A few people have asked, having seen the cover of Iron Trial, what race Tamara, the heroine, is. She is Middle Eastern: specifically she is of Iranian descent, born in America. As a lot of you know I was born in Iran and Farsi was my first language and I’ve wanted to write an Iranian character forever. Cordelia in TLH has an Iranian mother and Cordelia speaks Farsi/Parsi so I’m excited to revisit the language.
"Hi I was wondering if you were really born in Tehran, Iran. I’d like to wish you a happy, healthy, and prosperous Noruz! — 1stdayofsummer"
Thanks! I really was. I was born to American parents in the Bimaristan Elizabeth (Elizabeth Hospital) on the Boulevard Elizabeth in Teheran. We lived in the neighborhood of Yousefebad at the time (we were behind the Cinema Goldis, the English language cinema. It is probably long gone by now.) My first word: شیر .
So Cassandra Jean has finished the complete Shadowhunter Tarot, so for the next … seventy-something days I’ll be posting a card a day (okay, maybe not every day — I tend to get distracted!) in order, from the first card to the last. Some will be under spoiler cuts; some you’ll have seen before — I’ll explain why each character has the card they have.
We’ve moved on from the Major Arcana to the minor Arcana — the first suit is the suit of Rings, which takes the place of the suit of Pentacles. The Three of Rings shows Cristina and Jaime Rosales from The Dark Artifices. Cassandra Jean has included Cristina’s pendant and Jaime’s crossbow, and the rose-pattern ring of the Rosales family.
Jamie and Cristina are not brother and sister. Interestingly, the Four of Pentacles is a card that can be about fear of love: losing it, or getting it.
Cassandra Jean has finished the complete Shadowhunter Tarot, so for the next … eighty-four? days I’ll be posting a card a day in order, from the first card to the last. Some will be under spoiler cuts; some you’ll have seen before — I’ll explain why each character has the card they have. Today is day 3.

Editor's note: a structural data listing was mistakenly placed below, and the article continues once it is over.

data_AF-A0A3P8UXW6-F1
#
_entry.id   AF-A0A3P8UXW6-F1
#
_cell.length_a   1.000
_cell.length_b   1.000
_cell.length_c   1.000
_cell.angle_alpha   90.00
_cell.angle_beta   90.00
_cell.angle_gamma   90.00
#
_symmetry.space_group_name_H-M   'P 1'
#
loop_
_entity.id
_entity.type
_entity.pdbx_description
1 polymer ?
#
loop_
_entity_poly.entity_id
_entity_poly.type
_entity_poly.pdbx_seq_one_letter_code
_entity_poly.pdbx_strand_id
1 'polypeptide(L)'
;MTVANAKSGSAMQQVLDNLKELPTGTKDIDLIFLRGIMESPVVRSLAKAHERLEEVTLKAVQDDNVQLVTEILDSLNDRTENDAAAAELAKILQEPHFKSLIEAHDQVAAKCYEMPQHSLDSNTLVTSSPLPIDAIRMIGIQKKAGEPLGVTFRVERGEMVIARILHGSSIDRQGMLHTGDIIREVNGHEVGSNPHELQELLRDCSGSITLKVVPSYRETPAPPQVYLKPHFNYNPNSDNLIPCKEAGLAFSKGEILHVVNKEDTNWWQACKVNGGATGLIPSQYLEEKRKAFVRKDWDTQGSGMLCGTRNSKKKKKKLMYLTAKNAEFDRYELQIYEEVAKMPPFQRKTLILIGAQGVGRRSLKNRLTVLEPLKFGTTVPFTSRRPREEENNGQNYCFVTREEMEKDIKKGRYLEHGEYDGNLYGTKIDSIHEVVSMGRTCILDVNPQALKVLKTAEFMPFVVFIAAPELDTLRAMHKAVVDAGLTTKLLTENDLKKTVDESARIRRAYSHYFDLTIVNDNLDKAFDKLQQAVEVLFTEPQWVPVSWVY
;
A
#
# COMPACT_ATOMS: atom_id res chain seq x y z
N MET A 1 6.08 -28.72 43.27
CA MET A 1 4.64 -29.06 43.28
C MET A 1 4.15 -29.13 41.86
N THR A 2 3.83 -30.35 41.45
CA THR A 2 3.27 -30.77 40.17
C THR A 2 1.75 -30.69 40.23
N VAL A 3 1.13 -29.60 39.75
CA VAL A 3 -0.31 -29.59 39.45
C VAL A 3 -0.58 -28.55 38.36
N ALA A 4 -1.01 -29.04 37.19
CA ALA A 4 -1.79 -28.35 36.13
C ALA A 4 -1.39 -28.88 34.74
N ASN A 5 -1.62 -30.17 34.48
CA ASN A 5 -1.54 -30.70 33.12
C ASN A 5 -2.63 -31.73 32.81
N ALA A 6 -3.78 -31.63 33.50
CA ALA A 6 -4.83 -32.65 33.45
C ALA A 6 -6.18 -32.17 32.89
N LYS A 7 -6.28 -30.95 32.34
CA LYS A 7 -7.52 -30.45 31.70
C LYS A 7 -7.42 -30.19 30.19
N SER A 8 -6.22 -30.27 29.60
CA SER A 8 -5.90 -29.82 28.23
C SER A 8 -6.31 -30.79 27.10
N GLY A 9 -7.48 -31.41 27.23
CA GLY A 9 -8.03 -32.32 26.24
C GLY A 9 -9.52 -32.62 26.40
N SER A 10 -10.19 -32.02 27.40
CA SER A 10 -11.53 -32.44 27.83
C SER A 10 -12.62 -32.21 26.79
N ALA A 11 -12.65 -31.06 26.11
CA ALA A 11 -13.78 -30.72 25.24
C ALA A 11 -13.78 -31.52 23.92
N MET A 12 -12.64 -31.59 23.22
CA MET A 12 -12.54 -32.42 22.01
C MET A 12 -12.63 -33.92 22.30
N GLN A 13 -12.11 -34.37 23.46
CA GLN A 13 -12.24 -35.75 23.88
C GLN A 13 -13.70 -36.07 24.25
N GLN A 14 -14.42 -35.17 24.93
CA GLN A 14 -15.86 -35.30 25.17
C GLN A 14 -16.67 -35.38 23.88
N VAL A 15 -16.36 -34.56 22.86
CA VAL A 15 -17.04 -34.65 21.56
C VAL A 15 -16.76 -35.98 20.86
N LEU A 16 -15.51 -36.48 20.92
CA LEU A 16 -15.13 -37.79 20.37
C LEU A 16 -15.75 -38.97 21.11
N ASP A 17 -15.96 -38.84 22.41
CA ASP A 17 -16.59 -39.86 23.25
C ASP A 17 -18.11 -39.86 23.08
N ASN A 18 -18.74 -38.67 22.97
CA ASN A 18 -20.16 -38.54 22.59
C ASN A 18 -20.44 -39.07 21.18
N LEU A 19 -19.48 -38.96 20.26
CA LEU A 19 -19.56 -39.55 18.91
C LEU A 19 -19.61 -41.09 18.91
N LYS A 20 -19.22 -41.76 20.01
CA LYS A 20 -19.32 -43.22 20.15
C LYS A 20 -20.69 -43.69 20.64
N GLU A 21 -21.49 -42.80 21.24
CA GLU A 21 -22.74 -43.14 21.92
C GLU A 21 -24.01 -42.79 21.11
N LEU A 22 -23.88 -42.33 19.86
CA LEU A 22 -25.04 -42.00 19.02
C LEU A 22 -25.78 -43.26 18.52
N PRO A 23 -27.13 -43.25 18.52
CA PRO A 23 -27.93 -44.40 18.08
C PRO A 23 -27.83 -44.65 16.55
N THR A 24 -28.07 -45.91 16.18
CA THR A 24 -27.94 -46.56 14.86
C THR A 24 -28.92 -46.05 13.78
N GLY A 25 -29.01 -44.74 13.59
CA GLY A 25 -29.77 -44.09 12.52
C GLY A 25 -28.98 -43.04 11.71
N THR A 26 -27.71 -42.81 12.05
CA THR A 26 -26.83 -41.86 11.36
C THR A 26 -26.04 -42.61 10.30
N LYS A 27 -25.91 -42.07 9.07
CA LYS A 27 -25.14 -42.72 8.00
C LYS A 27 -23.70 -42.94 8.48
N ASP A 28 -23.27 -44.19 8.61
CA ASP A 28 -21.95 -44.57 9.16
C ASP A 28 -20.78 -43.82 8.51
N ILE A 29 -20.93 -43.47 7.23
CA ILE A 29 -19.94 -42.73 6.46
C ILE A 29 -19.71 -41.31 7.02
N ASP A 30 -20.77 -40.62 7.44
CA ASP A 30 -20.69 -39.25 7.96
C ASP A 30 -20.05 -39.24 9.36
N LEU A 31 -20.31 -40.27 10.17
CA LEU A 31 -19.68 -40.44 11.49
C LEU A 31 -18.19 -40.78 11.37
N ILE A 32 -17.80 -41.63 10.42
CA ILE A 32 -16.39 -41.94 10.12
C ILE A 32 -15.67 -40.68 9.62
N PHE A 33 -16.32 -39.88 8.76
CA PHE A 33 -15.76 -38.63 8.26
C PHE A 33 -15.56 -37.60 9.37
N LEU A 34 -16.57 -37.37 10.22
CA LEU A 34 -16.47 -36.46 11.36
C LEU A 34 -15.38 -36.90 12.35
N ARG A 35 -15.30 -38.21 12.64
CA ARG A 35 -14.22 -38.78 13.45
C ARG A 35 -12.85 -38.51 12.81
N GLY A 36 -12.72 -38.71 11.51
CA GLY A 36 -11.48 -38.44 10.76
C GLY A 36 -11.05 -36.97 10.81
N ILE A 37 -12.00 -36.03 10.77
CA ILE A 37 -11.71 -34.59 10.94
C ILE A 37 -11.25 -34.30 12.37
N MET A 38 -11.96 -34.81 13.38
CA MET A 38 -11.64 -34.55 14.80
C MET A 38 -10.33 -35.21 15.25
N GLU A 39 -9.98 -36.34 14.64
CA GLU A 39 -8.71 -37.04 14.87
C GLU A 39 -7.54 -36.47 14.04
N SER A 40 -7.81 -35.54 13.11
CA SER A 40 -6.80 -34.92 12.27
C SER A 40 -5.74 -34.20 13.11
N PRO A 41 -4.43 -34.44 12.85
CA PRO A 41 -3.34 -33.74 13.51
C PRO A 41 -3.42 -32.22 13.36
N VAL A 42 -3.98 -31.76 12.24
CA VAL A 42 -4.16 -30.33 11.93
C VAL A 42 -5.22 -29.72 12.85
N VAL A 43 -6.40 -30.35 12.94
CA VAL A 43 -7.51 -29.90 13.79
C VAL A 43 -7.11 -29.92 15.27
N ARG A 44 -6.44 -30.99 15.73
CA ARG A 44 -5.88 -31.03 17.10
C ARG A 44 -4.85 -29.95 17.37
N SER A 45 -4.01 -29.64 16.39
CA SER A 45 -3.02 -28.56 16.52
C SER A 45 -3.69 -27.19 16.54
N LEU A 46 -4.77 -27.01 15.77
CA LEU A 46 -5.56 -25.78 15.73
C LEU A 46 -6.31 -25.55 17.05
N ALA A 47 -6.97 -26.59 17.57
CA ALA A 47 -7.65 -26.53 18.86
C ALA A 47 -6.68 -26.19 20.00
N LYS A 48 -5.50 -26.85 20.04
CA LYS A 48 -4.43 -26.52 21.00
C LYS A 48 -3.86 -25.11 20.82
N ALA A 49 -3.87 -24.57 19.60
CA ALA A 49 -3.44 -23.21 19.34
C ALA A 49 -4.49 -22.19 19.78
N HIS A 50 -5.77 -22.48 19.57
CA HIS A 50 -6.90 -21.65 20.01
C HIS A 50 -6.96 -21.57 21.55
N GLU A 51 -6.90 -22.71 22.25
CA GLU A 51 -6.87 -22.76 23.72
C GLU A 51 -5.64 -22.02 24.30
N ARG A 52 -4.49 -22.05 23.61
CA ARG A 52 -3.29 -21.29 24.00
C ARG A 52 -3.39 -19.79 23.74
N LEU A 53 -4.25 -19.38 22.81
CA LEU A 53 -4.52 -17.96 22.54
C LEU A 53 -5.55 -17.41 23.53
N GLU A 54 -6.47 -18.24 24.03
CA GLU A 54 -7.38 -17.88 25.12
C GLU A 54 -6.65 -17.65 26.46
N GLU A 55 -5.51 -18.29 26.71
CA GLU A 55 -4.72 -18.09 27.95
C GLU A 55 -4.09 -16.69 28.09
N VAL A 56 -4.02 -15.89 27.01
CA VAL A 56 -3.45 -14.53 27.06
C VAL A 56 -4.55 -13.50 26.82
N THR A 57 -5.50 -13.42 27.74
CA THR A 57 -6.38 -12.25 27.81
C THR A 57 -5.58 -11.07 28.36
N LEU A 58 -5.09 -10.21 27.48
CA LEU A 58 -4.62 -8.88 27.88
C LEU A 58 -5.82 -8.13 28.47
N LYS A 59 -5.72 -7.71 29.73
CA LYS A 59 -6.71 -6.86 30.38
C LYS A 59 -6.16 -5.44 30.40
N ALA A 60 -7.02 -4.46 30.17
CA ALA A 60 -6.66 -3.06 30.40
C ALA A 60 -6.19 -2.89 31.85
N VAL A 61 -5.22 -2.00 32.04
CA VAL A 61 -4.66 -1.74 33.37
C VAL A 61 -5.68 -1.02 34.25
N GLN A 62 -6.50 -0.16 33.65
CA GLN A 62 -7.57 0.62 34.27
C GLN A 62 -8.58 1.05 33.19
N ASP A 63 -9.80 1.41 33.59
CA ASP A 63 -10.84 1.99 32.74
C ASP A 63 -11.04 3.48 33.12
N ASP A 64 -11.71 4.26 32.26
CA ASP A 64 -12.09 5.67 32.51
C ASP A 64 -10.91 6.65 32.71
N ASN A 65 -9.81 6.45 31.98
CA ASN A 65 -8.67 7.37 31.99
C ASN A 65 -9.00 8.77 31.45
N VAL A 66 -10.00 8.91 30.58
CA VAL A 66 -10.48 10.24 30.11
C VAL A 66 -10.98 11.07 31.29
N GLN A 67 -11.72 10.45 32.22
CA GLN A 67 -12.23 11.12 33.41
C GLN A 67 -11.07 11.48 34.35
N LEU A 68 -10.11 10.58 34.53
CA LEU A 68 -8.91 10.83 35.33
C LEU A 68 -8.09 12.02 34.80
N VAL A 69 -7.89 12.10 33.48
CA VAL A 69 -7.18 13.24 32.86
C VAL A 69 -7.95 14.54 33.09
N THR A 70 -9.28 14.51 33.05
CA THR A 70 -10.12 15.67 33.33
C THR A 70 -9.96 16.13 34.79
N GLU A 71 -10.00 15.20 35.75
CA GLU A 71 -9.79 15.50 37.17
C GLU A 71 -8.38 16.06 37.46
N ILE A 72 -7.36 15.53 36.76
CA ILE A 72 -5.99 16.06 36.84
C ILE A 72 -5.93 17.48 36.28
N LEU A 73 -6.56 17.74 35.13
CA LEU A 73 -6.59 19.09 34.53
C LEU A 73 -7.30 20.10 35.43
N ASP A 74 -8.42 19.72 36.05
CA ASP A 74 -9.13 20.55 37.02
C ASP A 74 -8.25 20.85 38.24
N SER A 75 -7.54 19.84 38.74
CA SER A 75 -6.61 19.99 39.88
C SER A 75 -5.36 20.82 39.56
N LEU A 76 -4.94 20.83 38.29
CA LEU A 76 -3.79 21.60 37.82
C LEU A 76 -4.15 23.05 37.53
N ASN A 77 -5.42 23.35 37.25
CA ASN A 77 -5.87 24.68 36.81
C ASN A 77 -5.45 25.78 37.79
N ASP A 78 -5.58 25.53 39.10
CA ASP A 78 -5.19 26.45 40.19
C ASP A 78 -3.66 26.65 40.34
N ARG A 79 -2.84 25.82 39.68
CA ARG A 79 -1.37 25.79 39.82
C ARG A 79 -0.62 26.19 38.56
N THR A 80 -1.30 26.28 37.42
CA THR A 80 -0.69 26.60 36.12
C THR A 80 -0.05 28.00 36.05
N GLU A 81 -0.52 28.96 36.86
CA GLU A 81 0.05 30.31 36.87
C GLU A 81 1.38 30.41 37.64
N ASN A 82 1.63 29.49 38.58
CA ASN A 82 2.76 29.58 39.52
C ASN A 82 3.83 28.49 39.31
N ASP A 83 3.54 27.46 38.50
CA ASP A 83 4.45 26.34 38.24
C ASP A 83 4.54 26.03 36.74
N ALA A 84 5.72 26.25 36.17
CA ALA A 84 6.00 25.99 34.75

This card corresponds to the High Priestess card. It’s a traditionally religious card. Cristina Mendoza Rosales is a Mexican Shadowhunter; she’s one of the main characters of the Dark Artifices. When I talked to readers in Mexico they asked for a Mexican Shadowhunter girl. I get asked for characters from specific geographical places a lot, but when I thought about setting a book in LA, where there’s such a huge Hispanic presence, it felt wrong not to include Cristina.
I’ve been asking lots of questions of my Mexican readers since starting to write about Cristina about what they’d like to see in a Mexican Shadowhunter girl, and a lot of the response I got was “strong in her faith.” So Cristina takes the High Priestess card here to show she is strong in her Shadowhunter faith. Cristina’s wise; she’s a little shy; she’s funny; she loves her family but she doesn’t always want to do what they say. She believes in angels. :) I hope you’ll like her.
More of Cassandra Jean’s Shadowhunter Tarot! Cristina, looking fierce with her butterfly knife, taking the card of the High Priestess.
A couple of people have asked me if there’s any plans to sell the Shadowhunter Tarot but it hadn’t crossed my mind, really! They’re meant to be fun — maybe Cassandra and I can figure out a way to make them downloadable/printable.